Most of the Crown’s subjects have no idea what the government’s filter will block. All they have to go by is what it has already been shown to bar in operation. This includes sex education content, sites for the Gay and Lesbian community, suicide prevention sites, a site named Childline which provides help to abused children, all file sharing sites, suicide prevention sites, and many sites hosting discussion forums on topics deemed “unsafe for children.”
It seems that the filter blocks any site which contains keywords related to so-called objectionable content, no matter what services they actually offer or subjects they discuss. The collection of keywords was secretly outsourced to a third party company. It appears to be a botched job though, as any content which includes the keyword is blocked, with no regard to context or the use of the keywords in decidedly benign, even socially responsible, ways, as the examples mentioned above illustrate.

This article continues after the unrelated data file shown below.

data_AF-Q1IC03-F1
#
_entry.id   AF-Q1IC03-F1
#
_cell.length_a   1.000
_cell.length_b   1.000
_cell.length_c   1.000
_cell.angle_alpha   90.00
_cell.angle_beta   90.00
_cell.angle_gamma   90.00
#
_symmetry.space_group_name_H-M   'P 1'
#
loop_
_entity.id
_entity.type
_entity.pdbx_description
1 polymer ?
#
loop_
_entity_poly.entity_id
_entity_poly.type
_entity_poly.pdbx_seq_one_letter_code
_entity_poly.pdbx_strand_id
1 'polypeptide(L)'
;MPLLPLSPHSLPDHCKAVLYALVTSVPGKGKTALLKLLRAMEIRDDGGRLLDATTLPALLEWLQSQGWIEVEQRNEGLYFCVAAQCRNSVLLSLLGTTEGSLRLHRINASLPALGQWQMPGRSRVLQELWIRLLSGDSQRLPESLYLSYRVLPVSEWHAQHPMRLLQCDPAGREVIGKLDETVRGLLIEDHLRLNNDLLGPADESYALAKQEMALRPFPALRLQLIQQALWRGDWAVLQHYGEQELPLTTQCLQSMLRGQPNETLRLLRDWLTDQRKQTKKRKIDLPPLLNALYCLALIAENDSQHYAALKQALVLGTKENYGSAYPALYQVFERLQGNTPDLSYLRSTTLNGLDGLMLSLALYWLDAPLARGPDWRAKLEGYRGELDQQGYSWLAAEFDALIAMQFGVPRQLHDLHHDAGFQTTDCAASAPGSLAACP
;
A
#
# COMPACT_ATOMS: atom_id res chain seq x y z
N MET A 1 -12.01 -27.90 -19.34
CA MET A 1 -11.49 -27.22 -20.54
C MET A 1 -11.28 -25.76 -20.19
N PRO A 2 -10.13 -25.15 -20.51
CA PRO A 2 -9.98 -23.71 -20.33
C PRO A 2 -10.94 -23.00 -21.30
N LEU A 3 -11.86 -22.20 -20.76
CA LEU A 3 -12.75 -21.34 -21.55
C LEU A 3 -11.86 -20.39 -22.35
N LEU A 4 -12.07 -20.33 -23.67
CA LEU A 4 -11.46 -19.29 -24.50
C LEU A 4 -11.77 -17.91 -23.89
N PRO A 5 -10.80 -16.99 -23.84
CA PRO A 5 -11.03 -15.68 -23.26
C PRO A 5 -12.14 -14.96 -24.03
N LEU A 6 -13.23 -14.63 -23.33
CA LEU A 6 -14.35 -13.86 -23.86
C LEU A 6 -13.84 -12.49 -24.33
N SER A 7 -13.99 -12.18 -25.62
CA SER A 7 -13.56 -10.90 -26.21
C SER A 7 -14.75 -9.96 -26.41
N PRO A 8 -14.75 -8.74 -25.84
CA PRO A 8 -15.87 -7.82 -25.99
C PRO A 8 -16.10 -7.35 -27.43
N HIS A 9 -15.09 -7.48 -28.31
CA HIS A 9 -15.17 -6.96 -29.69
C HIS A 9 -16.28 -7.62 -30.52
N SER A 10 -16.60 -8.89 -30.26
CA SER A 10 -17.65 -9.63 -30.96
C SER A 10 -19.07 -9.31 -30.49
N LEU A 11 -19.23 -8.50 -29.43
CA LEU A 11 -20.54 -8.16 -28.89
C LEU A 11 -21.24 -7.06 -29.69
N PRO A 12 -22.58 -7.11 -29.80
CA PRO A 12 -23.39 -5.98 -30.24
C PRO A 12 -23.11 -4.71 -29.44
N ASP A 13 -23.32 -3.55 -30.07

Although the British public has no express right to free speech, they have a long history of legal precedent which tends to support it. But this new program threatens this tradition, and by example encourages other democratic states to adopt similar programs. It legitimizes the idea that government and ISPs, working in an unholy partnership, have the right to decide what people should and should not be able to access on the Web.
Could the same thing happen here, in the U.S.? It already is, in subtle ways. Companies which want to sell you their wares are working with ISPs to drive traffic toward sites that they own or which mention their products in favorable terms, for a considerable compensation. Corporations also pay search sites such as Google, Yahoo and Bing to prioritize results favoring their products.